The Internet's Technical Success Factors

Part 1 - Lead Organizer

 

Contact Person

Pablo Hinojosa

Organization / Affiliation (Please state "Individual" if appropriate)

APNIC

Designation

Strategic Engagement Director

Gender

Male

Economy of Residence

Australia

Primary Stakeholder Group

Technical Community

 

Part 2 - Session Proposal

Your proposal is for

Main Conference (Day 1-3)

Session Title

The Internet's Technical Success Factors

Track(s) (can select more than one)

Sustainability

Session Format

Showcase

Where do you plan to organize your session?

Virtual / online

Specific Issues for Discussion

APNIC and LACNIC, the Regional Internet Registries that manage the Internet number resources in Asia-Pacific and Latin America, have commissioned Analysys Mason to study the technical success factors of the Internet today. The study seeks to understand several key issues, such as: - What are the key technical factors that have contributed to a successful competitive environment for the Internet to flourish? - How should the Internet of today be described in an objective manner? - What are the Internet statistics or measurements that would help to describe the Internet as it is? - Can the technical factors of the current Internet’s success help us determine if the Internet is fit for purpose for the future? During this showcase meeting, we seek to engage the APrIGF community in a multistakeholder dialogue to share the results of the study, receive feedback from the community about its conclusions, and find the best ways to share its findings widely.

Describe the Relevance of Your Session to APrIGF

Throughout the Internet’s 50-year evolution, the technical community has developed new technologies and protocols such as HTTPS, BGP, IPv6, DNSSEC, and others to continuously upgrade Internet standards and protocols. While these technological innovations have contributed to the Internet’s widespread adoption and growth, recent proposals are instead seeking to replace components of the Internet with the (unintended) consequence of creating fragmentation and undermining trust. Arguments for and against such proposals are often based around idealised concepts and expectations of the Internet rather than focusing on objective assessments of the Internet’s technical features or weaknesses. This showcase session will introduce the findings of the study and discuss a refreshed understanding of the Internet as it is implemented around the world today, with special focus in the Asia-Pacific region. It will provide an open space for the Asia-Pacific Internet community to discuss their thoughts about the evolution of the Internet and its development.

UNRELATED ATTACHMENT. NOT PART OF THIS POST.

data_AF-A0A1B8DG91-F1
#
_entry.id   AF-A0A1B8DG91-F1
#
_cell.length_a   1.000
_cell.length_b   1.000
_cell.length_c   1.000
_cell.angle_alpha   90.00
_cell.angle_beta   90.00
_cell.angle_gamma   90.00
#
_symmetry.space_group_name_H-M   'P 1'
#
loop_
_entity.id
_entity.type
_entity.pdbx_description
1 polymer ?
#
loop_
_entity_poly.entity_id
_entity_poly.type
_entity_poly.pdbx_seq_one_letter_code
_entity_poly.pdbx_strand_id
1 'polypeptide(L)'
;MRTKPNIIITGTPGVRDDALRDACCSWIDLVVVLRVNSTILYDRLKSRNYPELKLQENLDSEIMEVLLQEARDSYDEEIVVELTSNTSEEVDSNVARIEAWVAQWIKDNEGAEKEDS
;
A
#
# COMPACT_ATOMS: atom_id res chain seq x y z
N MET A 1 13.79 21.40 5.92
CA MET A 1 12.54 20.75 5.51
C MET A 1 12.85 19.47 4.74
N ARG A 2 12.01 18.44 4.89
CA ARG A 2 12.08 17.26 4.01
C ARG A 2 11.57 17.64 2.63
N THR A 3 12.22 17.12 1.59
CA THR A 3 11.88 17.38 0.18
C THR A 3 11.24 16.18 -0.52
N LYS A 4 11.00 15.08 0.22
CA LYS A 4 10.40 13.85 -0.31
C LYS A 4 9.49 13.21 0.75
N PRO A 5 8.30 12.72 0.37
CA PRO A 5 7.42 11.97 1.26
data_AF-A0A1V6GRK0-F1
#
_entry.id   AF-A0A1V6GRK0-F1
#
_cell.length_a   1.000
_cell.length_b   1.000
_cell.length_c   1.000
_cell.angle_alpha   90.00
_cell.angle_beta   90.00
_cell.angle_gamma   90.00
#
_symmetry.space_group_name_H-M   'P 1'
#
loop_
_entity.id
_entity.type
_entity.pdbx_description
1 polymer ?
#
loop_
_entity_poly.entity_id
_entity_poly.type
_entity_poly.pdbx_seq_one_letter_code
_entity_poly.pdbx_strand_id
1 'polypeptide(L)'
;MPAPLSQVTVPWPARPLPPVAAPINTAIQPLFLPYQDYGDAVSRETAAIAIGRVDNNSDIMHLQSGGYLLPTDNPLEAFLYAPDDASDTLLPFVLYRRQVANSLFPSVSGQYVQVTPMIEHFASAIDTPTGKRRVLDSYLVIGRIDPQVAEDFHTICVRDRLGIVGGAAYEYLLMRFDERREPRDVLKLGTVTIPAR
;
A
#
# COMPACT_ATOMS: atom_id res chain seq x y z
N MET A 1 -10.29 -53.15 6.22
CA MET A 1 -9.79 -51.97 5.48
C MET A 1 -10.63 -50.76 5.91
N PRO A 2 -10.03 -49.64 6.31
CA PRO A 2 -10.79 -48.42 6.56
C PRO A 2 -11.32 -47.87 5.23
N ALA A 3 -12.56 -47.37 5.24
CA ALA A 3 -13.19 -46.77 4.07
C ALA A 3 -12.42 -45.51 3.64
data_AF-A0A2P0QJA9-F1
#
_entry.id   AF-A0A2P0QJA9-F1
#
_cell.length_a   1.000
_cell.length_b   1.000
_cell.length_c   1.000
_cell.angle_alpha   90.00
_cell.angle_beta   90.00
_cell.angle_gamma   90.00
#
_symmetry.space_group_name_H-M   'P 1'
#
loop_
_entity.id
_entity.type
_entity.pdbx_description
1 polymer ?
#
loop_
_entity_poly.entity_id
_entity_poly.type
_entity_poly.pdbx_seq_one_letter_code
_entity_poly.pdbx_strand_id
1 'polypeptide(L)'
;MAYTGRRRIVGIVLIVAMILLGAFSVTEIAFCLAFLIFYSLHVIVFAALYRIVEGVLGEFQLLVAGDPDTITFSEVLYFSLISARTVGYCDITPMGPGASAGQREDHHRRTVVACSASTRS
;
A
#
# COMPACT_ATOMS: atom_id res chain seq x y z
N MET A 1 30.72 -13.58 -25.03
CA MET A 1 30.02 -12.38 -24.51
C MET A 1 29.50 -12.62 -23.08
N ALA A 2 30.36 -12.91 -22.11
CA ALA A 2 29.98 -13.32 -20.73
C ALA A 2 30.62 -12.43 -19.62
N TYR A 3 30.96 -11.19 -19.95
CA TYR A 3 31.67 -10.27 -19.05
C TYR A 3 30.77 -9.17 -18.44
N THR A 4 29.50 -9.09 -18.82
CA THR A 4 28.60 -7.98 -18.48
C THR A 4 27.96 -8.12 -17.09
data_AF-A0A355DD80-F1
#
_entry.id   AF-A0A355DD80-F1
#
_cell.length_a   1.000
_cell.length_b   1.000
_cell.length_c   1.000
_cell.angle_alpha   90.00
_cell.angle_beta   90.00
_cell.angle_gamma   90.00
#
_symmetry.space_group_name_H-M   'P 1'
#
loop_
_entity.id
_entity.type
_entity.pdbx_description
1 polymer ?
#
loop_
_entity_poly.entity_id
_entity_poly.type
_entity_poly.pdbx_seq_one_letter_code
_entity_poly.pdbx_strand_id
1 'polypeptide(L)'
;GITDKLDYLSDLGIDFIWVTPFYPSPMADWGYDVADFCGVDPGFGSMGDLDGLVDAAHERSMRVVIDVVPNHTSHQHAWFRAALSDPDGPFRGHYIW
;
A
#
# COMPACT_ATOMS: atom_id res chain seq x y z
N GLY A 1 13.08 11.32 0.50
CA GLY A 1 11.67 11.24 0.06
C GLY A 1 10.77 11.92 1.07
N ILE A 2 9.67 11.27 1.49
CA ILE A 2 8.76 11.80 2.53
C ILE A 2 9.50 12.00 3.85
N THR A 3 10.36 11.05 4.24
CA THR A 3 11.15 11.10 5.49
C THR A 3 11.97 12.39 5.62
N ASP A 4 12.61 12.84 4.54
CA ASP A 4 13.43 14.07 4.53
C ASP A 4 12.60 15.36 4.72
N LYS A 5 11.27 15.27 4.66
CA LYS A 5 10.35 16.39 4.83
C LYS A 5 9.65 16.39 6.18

Methodology / Agenda

- Introduction to problem statement (5 mins) - Presentation of the Study on the Internet’s Technical Success Factors by Analysis Mason (15 mins) - Facilitated dialogue with community (40 mins) * Open discussion to receive reactions to the Study * Breakout groups according to focus areas (either pre-selected or discussed at the session) * Summary of breakout groups and proposed path forward

Please provide 3 subject matter tags that best describe your session.

#BGP #NewIP #itiswhatitis

 

Moderators & Speakers Info (Please complete where possible)

Name Organization Designation Economy of Residence Stakeholder Group Gender Status of Confirmation
Moderator (Primary) Pablo Hinojosa APNIC Strategic Engagement Director Australia Technical Community Male Confirmed
Moderator (Back-up) Joyce Chen APNIC Senior Advisor - Strategic Engagement Singapore Technical Community Female Confirmed
Speaker 1 Michael Kende Analysys Mason Senior Adviser Switzerland Private Sector Male Confirmed
Speaker 2 Julia Allford Analysys Mason Associate Consultant UK Private Sector Female Confirmed
Speaker 3 Paul Wilson APNIC Director General Australia Technical Community Male Confirmed
Speaker 4 Amund Kvalbein Analysys Mason Partner Norway Private Sector Male Confirmed

 

Please explain the rationale for choosing each of the above contributors to the session.

This is a showcase session to present the results of a study commissioned to Analysys Mason after an open call for proposals. See: https://blog.apnic.net/2021/05/06/study-on-the-internets-technical-success-factors/ Before the session, there will be active communication about the progress of the study. At the start of the session, there will be a 15 minute presentation by the authors of the study. After this presentation, a facilitated discussion will take place with the APrIGF community to gauge its reactions and interpretations about the study. Of special attention is how this study describes the Internet's technical success factors in Asia-Pacific. The most important part of this session is the discussion and the reactions of the audience after hearing a progress report and some preliminary results of the study. The feedback gathered to this session will influence the conclusions of the study before it is released.